The SDP sends our condolences to the bereaved families of those who died from the recent Hepatitis C outbreak at the Singapore General Hospital (SGH) as well as to those who are infected by this serious viral infection.$CUT$
We look forward to an expeditious and comprehensive investigation into how the episode occurred and, subsequently, deteriorated and what steps are being taken to prevent future mishaps.
What is disturbing, however, is the non-transparent manner in which the incident was handled by the Government. Information about the outbreak apparently first emerged between April 17 and May 14 this year when the first five cases of the hepatitis C infections were reported by the SGH to the Ministry of Health (MOH).
The SDP appreciates the difficulty in distinguishing between acute and chronic infections of hepatitis C in some of these cases, as explained by the MOH in its statement today. But even if it was only in August that the MOH was informed that cases were suspected to be linked, it would have been aware of the first outbreak in April. And yet the public was not informed.
Most of these patients were apparently transplant recipients who, according to the Singhealth website, are routinely screened for hepatitis pre-transplant. Thus, their conversion from negative to positive would have been an indicator of an acute or subacute infection.
Also, it appears that infection control reviews may have been conducted from at least June 2015 for patients in the affected wards. Thus, patient safety as well as safety of the blood supply were potentially compromised by delays in notification of the general public, especially those vulnerable patients who might have gone through the affected units.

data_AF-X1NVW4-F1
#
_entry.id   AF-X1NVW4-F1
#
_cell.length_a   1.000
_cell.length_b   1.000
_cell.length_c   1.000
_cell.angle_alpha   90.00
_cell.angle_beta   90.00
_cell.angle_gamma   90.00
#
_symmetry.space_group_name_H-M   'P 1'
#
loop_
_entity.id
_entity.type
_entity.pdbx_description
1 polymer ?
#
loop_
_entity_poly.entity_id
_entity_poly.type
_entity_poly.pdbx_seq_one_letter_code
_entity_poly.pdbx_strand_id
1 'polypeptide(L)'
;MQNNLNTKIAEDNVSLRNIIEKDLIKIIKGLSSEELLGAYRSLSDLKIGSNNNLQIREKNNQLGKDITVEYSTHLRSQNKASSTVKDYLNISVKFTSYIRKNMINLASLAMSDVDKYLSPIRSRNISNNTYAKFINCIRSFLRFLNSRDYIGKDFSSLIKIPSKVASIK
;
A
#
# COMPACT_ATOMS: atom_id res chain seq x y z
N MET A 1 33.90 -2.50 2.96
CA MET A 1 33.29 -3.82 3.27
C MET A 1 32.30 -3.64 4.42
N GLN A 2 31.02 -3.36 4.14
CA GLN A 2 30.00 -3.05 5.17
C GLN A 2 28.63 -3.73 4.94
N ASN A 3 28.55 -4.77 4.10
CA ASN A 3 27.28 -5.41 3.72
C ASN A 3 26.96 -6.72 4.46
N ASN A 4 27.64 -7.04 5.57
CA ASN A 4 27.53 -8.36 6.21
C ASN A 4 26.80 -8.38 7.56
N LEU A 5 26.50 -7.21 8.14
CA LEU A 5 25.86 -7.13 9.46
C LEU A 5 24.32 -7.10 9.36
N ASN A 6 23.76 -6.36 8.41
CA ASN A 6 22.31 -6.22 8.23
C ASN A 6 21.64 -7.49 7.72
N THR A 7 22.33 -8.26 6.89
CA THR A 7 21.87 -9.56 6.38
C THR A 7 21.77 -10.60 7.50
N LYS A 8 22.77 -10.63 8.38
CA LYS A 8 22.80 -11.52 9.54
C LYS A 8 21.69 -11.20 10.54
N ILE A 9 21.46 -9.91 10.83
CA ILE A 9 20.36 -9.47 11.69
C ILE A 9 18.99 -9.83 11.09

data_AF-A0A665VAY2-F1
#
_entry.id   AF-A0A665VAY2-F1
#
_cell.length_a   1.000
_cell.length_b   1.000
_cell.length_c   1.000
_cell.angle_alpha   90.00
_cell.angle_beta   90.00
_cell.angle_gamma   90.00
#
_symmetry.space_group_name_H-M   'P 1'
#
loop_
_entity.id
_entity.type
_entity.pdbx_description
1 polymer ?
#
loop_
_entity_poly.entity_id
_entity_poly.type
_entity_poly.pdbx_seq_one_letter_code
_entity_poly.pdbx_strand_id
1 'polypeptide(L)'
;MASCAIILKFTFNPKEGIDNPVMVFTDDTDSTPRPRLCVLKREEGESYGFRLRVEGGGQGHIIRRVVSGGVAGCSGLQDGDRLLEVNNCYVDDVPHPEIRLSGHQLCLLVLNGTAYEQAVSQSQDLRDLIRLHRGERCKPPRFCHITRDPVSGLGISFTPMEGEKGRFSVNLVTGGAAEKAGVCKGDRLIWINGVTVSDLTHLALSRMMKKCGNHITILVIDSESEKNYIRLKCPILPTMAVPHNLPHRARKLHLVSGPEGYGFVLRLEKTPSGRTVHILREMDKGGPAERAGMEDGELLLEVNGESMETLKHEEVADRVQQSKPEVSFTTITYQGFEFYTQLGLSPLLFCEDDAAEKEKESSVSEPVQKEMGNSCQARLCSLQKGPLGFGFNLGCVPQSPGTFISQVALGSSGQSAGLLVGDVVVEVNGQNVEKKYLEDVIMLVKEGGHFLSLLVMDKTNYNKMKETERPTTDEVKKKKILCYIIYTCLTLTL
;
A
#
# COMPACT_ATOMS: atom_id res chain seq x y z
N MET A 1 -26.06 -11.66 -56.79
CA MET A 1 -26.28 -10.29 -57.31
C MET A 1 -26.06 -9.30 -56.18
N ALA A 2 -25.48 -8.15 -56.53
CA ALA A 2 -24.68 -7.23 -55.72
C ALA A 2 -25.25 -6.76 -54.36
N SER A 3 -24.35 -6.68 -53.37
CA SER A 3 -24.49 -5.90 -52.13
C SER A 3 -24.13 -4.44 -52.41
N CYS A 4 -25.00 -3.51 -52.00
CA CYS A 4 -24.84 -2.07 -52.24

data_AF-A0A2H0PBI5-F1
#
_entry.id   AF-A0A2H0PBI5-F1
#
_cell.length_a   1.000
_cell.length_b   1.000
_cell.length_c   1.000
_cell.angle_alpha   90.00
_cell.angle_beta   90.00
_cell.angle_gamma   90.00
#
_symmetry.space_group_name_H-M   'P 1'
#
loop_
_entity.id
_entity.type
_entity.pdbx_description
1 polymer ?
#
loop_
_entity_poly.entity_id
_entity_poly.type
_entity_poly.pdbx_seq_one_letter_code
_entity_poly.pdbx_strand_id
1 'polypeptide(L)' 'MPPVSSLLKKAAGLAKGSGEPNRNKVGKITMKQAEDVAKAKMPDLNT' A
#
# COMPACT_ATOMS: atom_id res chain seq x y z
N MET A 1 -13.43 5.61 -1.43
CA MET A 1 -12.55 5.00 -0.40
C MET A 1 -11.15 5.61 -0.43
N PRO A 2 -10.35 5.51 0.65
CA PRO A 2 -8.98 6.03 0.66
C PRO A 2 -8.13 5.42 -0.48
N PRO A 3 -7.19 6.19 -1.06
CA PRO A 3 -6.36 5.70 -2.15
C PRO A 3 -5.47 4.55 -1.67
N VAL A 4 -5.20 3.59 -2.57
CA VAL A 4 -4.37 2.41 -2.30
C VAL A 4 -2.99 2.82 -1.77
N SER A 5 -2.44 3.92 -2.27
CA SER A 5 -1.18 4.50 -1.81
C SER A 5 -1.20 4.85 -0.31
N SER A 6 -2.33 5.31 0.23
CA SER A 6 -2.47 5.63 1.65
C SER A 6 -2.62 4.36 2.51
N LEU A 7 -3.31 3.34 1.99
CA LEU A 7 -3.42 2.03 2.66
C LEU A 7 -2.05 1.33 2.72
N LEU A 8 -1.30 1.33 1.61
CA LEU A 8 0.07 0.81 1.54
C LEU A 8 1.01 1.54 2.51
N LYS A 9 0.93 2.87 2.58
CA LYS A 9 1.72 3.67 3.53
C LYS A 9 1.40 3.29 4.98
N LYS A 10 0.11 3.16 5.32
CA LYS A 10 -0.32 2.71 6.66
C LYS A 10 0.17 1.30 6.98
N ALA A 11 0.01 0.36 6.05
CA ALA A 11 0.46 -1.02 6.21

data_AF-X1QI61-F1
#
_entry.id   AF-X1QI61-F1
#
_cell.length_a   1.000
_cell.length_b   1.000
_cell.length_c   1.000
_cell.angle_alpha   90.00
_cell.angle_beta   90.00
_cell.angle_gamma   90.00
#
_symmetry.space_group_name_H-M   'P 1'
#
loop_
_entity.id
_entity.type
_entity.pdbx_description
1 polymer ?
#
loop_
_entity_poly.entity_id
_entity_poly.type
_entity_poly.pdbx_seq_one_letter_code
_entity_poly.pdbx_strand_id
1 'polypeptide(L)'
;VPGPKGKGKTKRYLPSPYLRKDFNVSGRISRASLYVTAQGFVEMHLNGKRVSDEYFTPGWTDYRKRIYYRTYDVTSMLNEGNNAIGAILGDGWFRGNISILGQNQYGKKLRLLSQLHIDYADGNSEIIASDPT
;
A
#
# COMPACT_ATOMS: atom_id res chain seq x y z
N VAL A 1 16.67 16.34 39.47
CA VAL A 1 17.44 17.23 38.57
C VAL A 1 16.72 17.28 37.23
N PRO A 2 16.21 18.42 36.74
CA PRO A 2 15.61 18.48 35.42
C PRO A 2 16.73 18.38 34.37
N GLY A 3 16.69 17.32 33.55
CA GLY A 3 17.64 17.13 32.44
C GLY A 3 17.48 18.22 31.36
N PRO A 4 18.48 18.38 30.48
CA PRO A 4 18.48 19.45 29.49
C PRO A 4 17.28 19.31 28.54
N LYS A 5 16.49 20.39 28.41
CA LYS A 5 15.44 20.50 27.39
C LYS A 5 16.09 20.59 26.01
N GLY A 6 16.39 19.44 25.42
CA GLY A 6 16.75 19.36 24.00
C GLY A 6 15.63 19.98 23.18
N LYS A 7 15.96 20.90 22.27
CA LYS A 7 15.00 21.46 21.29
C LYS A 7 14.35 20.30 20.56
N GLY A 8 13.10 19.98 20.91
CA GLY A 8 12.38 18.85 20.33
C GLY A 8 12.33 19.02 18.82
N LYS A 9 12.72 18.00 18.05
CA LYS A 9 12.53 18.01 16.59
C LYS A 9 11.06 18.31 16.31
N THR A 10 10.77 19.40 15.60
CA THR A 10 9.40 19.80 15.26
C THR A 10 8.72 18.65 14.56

This is because individuals who may have been recently infected with the virus and incubating it may have gone on to donate blood without knowing that they were in the “window period”. This is a potentially extremely serious situation.
It is our understanding that the outbreak is the among the most widespread in medical history. Yet the MOH kept the matter under wraps and did not keep the public informed. This is in marked contrast to the SARS Epidemic in 2003 when the Government handled the matter with much more transparency.
The secretiveness in this episode is unwarranted as the public has the right to know – and the Government the obligation to inform the public – of such a life-and-death matter. The management of the incident by the Government raises two important questions:
One, why was the public not informed when the outbreak was recognised and investigations commenced in May-June 2015 despite the potential risks to other patients?
Two, was the withholding of the information a political consideration?
The Government needs to answer these questions and account to the people over the matter.